Ricoh teams up with Aeoon

At the end of October Ricoh announced a global partnership with Aeoon Technologies, an Austrian company that has developed a number of industrial printers. I asked Christian Compera, general manager of Ricoh Industrial Printing Solutions to explain some of the thinking behind this arrangement.

Aeoon has developed a number of industrial DtG printers.

He started off by saying that the agreement is “a first step to provide Ricoh technology to Aeoon and to come up with new products with our insight.” He continues: “Our first focus is to come up with a technology solution, where we feel we can provide a real differentiation to the market, first for Aeoon. Then if that solution is available, and it’s very well defined, then we as a partner can decide how do we take advantage of the solution.”

Compera explains: “Our approach is always to work with partners who have expertise in the market, which is why we have partnered with Aeoon. They are a very unique supplier of digital DtG applications, with a great technology portfolio, a great expertise and so far they have a good presence in the market. And we felt that together with Ricoh they could improve their positioning.”

He adds: “The beauty of our technology is that it’s proven, especially for the industrial environment which is very challenging for inkjet because of the dust in the environment and the need for uniformity is very challenging.”

According to Compera, the DtG market now is worth around $1 billion, including the hardware and consumables. He says that this market is split evenly between commercial entry-level printers and industrial machines, and the industrial side can be further sub-divided between entry level and high end devices.

He places Ricoh’s own RI-series DtG printers, along with those from Epson and Brother, in the commercial entry market, and says that only Kornit and Aeoon are really operating in the industrial sector, though he also gives credit to Roland, which has developed the Texart XT-640S.

Naturally Ricoh would like to expand into the industrial market. Compera notes that some industrial customers cluster several of the RI 2000 printers together to form a print farm but adds: “But there are some customers who have a higher demand that need an industrial solution with a heavy duty machine that can run 24 hours around the clock.”

Ricoh could simply develop its own machines, but apart from the time this would take, Compera says that it wouldn’t necessarily add any value. He explains: “The added value is in the combination of ink and substrate. That means the cost structure of the production will mainly be driven by the ink and the efficiency to bring the ink to the substrate or the garment, to have the best cost structure on the garment. This is the key success factor”

He points out that Aeoon has already developed an industrial printer, adding: “We are working together with Aeoon with the ink and head and making sure we have the best combination to get the best results at a competitive TCO and this will be our focus.”

It’s likely that the first fruit of this collaboration will be shown at the American ISS show in Long Beach, Florida in January 2022. 

For now, the heads in question will come from Ricoh’s proven bulk piezo range. Compera says that it’s too early to use the new thin film TH6310F head but notes: “It has additional advantages but we see that time to market is important.” It’s worth noting that Aeoon is mostly using Kyocera printheads at the moment.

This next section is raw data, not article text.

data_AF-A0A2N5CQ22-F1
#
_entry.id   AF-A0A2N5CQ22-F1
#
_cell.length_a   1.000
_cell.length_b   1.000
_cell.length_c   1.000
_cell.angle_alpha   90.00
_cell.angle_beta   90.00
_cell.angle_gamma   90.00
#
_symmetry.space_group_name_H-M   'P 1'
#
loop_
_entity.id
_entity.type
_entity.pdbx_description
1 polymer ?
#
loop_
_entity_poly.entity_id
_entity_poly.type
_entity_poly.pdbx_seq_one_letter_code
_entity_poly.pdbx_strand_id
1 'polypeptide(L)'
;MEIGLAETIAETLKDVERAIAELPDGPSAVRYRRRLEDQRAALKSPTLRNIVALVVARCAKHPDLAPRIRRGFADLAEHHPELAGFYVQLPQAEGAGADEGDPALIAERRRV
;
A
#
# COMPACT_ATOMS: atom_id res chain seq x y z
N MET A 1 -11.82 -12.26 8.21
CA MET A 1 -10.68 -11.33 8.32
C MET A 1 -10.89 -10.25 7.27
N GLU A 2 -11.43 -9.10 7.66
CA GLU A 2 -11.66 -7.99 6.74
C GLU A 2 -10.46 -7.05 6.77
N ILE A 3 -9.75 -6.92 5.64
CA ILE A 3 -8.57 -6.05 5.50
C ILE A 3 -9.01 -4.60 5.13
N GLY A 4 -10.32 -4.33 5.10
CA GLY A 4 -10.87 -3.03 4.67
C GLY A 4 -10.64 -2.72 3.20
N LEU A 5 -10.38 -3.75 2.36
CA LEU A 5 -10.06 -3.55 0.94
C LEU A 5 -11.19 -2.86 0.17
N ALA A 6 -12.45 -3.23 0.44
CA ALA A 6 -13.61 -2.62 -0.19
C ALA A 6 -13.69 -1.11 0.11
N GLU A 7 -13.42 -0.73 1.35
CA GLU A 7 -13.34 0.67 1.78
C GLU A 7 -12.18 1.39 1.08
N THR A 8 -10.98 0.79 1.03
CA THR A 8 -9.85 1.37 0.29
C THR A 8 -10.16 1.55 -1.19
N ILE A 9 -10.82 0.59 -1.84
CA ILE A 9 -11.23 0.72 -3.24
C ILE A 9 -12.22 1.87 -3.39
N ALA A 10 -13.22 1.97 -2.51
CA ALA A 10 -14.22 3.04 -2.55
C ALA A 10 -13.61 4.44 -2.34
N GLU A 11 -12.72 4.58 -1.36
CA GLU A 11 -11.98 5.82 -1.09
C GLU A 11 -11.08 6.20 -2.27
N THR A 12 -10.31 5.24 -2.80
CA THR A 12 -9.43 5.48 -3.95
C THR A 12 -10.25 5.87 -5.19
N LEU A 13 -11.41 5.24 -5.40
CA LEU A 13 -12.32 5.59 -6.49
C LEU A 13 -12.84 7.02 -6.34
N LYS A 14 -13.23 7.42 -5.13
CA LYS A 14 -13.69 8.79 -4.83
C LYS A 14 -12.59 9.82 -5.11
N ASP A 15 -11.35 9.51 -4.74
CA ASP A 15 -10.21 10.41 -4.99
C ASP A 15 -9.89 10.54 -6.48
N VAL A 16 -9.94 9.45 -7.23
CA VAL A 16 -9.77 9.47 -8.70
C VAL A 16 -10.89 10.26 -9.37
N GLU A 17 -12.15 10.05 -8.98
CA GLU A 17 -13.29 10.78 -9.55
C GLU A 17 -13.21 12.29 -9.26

He describes the ink as a joint activity but says that it will use some Ricoh IP, noting that Ricoh has some IP in textile ink, but that this will be used with IP from an ink producer.

Ricoh does own IP for two types of ink, latex and the recently-announced plant-based ink. For now, Ricoh will lean on the IP developed around its latex ink. But Compera says that Ricoh is testing the plant-based ink for use with textiles, which would offer a very sustainable solution. He adds: “We are keen to leverage our capabilities where we see opportunities for digital growth.”

Compera says: “We think there will be a fashion on-demand industry coming up, following on from the Corona virus and all the disruption we have seen with the supply chain. I think that big fashion brands are also considering to do their fashion on-demand locally and so therefore they would need a smaller production capability with high flexibility and environmentally-friendly solutions.” He adds that an emphasis on flexibility and sustainability are the right toolsets for fashion on-demand solutions, pointing out that moving production into highly regulated areas such as Europe will require a greener approach.

Many readers may also be aware that Aeoon has developed a flatbed industrial printer and demonstrated this printing a range of applications such as wood flooring. Compera says of this: “It’s a small business for them and it could be an opportunity for us in the future but it’s not decided.”

Clearly, it’s worth keeping an eye on this partnership as it has the potential to push Ricoh into the industrial DtG space in the same way that the partnership and eventual acquisition of AnaJet helped Ricoh enter the commercial DtG market. Compera says that Ricoh has not talked about acquisition, adding: “Ricoh would like to invest in textile and would like to grow with partners.” It will certainly be interesting to see what Ricoh and Aeoon come up with if they are serious about taking on Kornit in the industrial DtG market.

You can find further details from and on the RI-series from

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